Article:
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Take Ten: 10 Nice-to-Know Facts about Fibromyalgia

Peterson, James A. Ph.D., FACSM

doi: 10.1249/01.FIT.0000298472.68124.ed
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10 Nice-to-Know Facts about Fibromyalgia.

James A. Peterson, Ph.D., FACSM, is a freelance writer and consultant in sports medicine. From 1990 until 1995, Dr. Peterson was director of sports medicine with StairMaster. Until that time, he was professor of physical education at the United States Military Academy.

1. The invisible disability. The primary symptoms of fibromyalgia include widespread pain in the soft fi-brous tissues in the body (muscles, ligaments, and tendons), profound fatigue, and disrupted sleeping. Virtually impossible for untrained observers to detect, the illness typically causes individuals to suffer what seems to be a postviral state, in which their energy supply has been unplugged.

2. What's in a name? Fibromyalgia and chronic fatigue syndrome share a number of common similarities. Both tend to affect young female adults, result from unknown causes, are chronic in nature, involve no pathology, exhibit normal laboratory results, and are characterized by almost identical symptoms. These likenesses lead many experts to believe that the two illnesses may actually be the same condition.

3. A puzzling mystery. The underlying causes of fibromyalgia remain unknown. Current opinion concerning the basic mechanisms of this condition centers around a theory referred to as "central sensitization." This theory hypothesizes that those with fibromyalgia have a lower threshold for pain because of increased sensitivity to pain signals in their brain.

4. Chances are. Although the medical community does not know exactly what causes fibromyalgia, specific risk factors have been identified that tend to predispose a person to contracting the condition. For example, fibromyalgia occurs more often in women than in men. It also tends to develop during early and middle adulthood, although instances of children and older adults being affected with it have been documented. An individual who has a relative with fibromyalgia also is more likely to have this condition.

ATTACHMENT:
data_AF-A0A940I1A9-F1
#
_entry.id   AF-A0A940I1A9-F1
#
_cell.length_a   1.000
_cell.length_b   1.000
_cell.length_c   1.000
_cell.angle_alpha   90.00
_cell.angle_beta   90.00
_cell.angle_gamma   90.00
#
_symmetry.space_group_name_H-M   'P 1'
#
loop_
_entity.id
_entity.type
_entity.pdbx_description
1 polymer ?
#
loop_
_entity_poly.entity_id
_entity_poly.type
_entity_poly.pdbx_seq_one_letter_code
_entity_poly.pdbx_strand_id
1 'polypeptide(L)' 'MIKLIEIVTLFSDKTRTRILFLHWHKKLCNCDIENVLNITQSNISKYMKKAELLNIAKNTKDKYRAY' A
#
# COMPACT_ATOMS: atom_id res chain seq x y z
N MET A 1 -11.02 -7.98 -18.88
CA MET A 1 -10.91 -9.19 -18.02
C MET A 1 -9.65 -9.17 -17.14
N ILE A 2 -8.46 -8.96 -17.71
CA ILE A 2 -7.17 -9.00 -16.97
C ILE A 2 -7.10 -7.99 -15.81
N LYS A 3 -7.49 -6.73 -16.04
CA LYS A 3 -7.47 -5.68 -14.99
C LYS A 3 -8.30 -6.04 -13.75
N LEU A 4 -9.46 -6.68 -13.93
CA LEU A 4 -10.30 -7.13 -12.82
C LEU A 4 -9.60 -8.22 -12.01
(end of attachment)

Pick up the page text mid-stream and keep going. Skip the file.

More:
5. An army of walking wounded. Because of their somewhat ill-defined illness, individuals with fibromyalgia often are referred to as "walking wounded." Affecting an estimated three to six million Americans, this condition produces a medical conundrum-"vertically ill" patients who are too sick to function normally but who are typically not quite sick enough to actually become bed bound ("horizontally ill").

6. Smart choice. If undertaken properly, exercise can help those with fibromyalgia stay fit and experience a better quality of life. The key is to engage in an exercise program that does not exacerbate or cause the condition to flare up. In that regard, initially, the exercise regimen should be moderate in intensity, involve relatively brief bouts of activity, and progress slowly over time. Activities that place minimal levels of stress on the body's musculoskeletal system are preferred (e.g., swimming, biking, and walking).

7. A recipe for success. No diet, no matter how well planned, will "cure" fibromyalgia. On the other hand, a diet rich in antioxidants (e.g., full of fruits and vegetables) can help individuals with this condition maximize their health by minimizing the level of oxidative stress that can occur in the body's tissues. Unduly high levels of this stress can lead to lower pain thresholds, higher muscle pain levels, and greater fatigue levels.

8. Discretion is essential. Several vitamins and nutritional supplements have been found to help reduce the symptoms of fibromyalgia. Unfortunately, the marketplace also is full of dietary aids that make unfounded claims and offer unfulfilled benefits. As such, those with fibromyalgia should make sure that any vitamins or nutritional supplements they decide to take are backed by research rather than greed.

9. Even keel. Individuals with fibromyalgia should keep their activity level on a relatively even pace. Doing too much on their good days may lead to more bad days. Doing too little may deprive them of the physical and mental boosts that can result from being active.

10. The path well chosen. Those with fibromyalgia who want to maximize their efforts to manage their condition should do whatever they can to maintain a healthy lifestyle. In this regard, among the steps that they can take are to reduce their level of stress, get enough sleep, be physically active, eat appropriate foods, limit their intake of caffeine, and engage in emotionally fulfilling activities.

© 2008 American College of Sports Medicine